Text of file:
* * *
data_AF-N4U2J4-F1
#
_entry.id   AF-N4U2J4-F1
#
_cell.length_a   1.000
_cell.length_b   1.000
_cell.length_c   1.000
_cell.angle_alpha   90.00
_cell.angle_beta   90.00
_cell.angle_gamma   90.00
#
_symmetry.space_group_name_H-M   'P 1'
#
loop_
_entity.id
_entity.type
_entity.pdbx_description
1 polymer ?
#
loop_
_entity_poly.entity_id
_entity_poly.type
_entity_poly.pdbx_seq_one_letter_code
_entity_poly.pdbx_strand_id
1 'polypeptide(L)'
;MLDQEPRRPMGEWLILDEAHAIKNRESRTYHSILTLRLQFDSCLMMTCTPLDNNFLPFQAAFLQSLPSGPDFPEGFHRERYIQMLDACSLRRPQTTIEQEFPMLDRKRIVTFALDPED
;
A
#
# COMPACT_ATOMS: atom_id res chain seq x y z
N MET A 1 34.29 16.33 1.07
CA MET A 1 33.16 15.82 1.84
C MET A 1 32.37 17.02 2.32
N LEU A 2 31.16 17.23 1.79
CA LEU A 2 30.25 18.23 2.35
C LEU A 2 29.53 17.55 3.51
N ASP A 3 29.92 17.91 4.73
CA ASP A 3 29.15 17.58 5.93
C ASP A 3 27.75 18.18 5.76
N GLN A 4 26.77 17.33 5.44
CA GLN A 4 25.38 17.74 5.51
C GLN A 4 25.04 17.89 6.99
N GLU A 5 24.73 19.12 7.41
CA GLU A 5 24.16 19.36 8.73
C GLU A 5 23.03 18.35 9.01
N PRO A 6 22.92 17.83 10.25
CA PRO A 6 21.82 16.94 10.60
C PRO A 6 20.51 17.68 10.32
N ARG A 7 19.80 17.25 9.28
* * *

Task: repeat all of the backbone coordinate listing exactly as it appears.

data_AF-N4U2J4-F1
#
_entry.id   AF-N4U2J4-F1
#
_cell.length_a   1.000
_cell.length_b   1.000
_cell.length_c   1.000
_cell.angle_alpha   90.00
_cell.angle_beta   90.00
_cell.angle_gamma   90.00
#
_symmetry.space_group_name_H-M   'P 1'
#
loop_
_entity.id
_entity.type
_entity.pdbx_description
1 polymer ?
#
loop_
_entity_poly.entity_id
_entity_poly.type
_entity_poly.pdbx_seq_one_letter_code
_entity_poly.pdbx_strand_id
1 'polypeptide(L)'
;MLDQEPRRPMGEWLILDEAHAIKNRESRTYHSILTLRLQFDSCLMMTCTPLDNNFLPFQAAFLQSLPSGPDFPEGFHRERYIQMLDACSLRRPQTTIEQEFPMLDRKRIVTFALDPED
;
A
#
# COMPACT_ATOMS: atom_id res chain seq x y z
N MET A 1 34.29 16.33 1.07
CA MET A 1 33.16 15.82 1.84
C MET A 1 32.37 17.02 2.32
N LEU A 2 31.16 17.23 1.79
CA LEU A 2 30.25 18.23 2.35
C LEU A 2 29.53 17.55 3.51
N ASP A 3 29.92 17.91 4.73
CA ASP A 3 29.15 17.58 5.93
C ASP A 3 27.75 18.18 5.76
N GLN A 4 26.77 17.33 5.44
CA GLN A 4 25.38 17.74 5.51
C GLN A 4 25.04 17.89 6.99
N GLU A 5 24.73 19.12 7.41
CA GLU A 5 24.16 19.36 8.73
C GLU A 5 23.03 18.35 9.01
N PRO A 6 22.92 17.83 10.25
CA PRO A 6 21.82 16.94 10.60
C PRO A 6 20.51 17.68 10.32
N ARG A 7 19.80 17.25 9.28